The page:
Criminals pose as a recognized company and send texts and emails to people informing them that subscription has been renewed. The emails go on to ask people to click on a link to review the summary details of their renewal. However, the link is malicious and either installs malware on your computer, steals your personal information or takes you to a fake website.
To avoid a subscription renewal scam, ignore any messages about auto-renewals claiming to be from a company where you don’t have a subscription. If it appears to be from a company where you do have a subscription, check the sender’s email address to ensure it’s from the correct company.
Recently, we have seen an uptick of members falling victim to financial scams, specifically via Zelle® transactions. For example, fraudsters impersonate a Foothill Credit Union representative and con the user into using Zelle® to transfer funds to themselves. While they claim the money will replace funds stolen from the user’s account, the Zelle® transfer actually goes to the fraudsters.
DO NOT GIVE OUT ANY PASSWORD OR ONE-TIME PASS CODES. Foothill will never reach out to you by phone, text or email to ask for information you received via text (SMS) or pressure you to reset your online banking password.
To protect yourself from scams, here are some reminders of how to keep your money and information secure.
A scam tactic that we want you to pay close attention to is text/email phishing. Phishing texts/emails are deceptive texts or emails disguised as an official text or email from someone you trust or an organization you may conduct regular business with. Be wary of links and attachments included in them and be sure to validate the sender before clicking a link or opening any attachment.
This is just another reminder to our members that Foothill will not ask for your personal information over emails or send you links that ask for such. Avoid opening attachments or clicking on links from senders you don’t recognize.
We have had reports of members being contacted about an issue with their Amazon account and are instructed to download an app called AnyDesk. This app allows the fraudsters remote access to members phones. The fraudsters then gain access to members account via the Foothill app and perform fraudulent activity via Zelle.
Please DO NOT DOWNLOAD THE ANYDESK APP, for this app gives the fraudsters full access to your phone.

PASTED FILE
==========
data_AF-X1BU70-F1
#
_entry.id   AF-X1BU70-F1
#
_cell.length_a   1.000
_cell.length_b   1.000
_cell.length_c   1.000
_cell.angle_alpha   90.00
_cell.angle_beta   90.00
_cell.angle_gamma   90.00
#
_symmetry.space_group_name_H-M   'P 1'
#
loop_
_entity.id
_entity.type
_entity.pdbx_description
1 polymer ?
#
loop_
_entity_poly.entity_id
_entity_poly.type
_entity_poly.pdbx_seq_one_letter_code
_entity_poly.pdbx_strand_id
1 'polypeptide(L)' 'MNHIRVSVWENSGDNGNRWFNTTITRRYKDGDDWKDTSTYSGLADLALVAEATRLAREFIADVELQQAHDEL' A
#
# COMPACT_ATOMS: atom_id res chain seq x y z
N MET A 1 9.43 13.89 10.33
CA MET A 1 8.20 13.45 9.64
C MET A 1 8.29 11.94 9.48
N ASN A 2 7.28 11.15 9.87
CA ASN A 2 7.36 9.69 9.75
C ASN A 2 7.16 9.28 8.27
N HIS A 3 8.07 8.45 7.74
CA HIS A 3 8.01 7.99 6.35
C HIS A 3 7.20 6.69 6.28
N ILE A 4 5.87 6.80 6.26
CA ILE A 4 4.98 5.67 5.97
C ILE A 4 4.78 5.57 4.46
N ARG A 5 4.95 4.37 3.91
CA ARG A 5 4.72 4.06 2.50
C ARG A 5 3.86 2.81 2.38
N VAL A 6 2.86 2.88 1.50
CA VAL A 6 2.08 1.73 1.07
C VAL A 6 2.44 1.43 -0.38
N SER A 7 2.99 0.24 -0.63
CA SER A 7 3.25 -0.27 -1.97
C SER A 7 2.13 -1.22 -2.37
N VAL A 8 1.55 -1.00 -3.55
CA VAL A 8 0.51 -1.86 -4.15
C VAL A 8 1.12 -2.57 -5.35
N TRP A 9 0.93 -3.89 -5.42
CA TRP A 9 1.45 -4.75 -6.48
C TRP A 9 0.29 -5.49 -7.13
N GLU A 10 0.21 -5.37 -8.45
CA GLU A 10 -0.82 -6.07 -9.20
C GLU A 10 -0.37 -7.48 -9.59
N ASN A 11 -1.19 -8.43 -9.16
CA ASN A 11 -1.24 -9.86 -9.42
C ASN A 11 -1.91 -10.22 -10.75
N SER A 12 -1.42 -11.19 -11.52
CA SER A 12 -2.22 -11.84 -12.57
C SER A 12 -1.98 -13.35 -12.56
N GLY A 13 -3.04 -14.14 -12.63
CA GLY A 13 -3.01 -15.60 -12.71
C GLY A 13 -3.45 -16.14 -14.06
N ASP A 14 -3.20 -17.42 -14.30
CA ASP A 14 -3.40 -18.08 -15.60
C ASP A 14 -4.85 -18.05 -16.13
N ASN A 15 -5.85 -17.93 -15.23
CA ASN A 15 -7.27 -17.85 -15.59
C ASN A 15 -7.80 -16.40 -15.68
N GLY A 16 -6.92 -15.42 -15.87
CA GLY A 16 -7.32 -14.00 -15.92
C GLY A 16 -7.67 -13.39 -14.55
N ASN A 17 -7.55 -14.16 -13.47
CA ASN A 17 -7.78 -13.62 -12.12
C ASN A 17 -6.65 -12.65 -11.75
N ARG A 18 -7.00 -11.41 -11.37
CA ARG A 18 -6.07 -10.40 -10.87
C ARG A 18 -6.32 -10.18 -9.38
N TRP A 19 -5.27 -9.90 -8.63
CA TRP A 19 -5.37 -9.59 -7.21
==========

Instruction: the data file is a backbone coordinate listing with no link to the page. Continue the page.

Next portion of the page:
Unfortunately, if money does get sent out, via Zelle, we are unable to recover the funds.
It’s common for scammers to take advantage of emergencies—moments when people are scared, desperate, and at their most vulnerable—to propagate scams, and the Coronavirus pandemic is no different.
In addition, please remember that Foothill will never ask for your personal information over the phone, unless you are expecting a return call from a Foothill representative. For unsolicited calls, ask for the name of the company and phone number, then check a valid source to verify that number. You can always call back once you’ve verified the legitimacy of the call.
If you are ever in doubt about an email or a phone call, contact us at (626) 445-0950. It's critical that we all stay alert and vigilant, especially during these trying times.
We had reports of members getting a call or text from a number that looks like it’s coming from Foothill and being asked to divulge personal information. Please do not fall for this scam. In fact, Foothill will never call or text you asking for your username, password, security codes, or any personal information to access your account.
Scammers have recently been targeting Zelle users (and other peer-to-peer money transferring services) because of the ease and speed of the transactions made. A phone call or text is used to lure unsuspected members into giving up their personal information.
As technology evolves, so do the tactics performed by these scammers. When in doubt, hang up (or don't reply to the text) and give us a call directly at 626-445-0950. Also, it's not a bad idea to set alerts within Online Banking to monitor your account.
Foothill Credit Union is a full-service credit union with California branches in Arcadia, Covina and Glendora.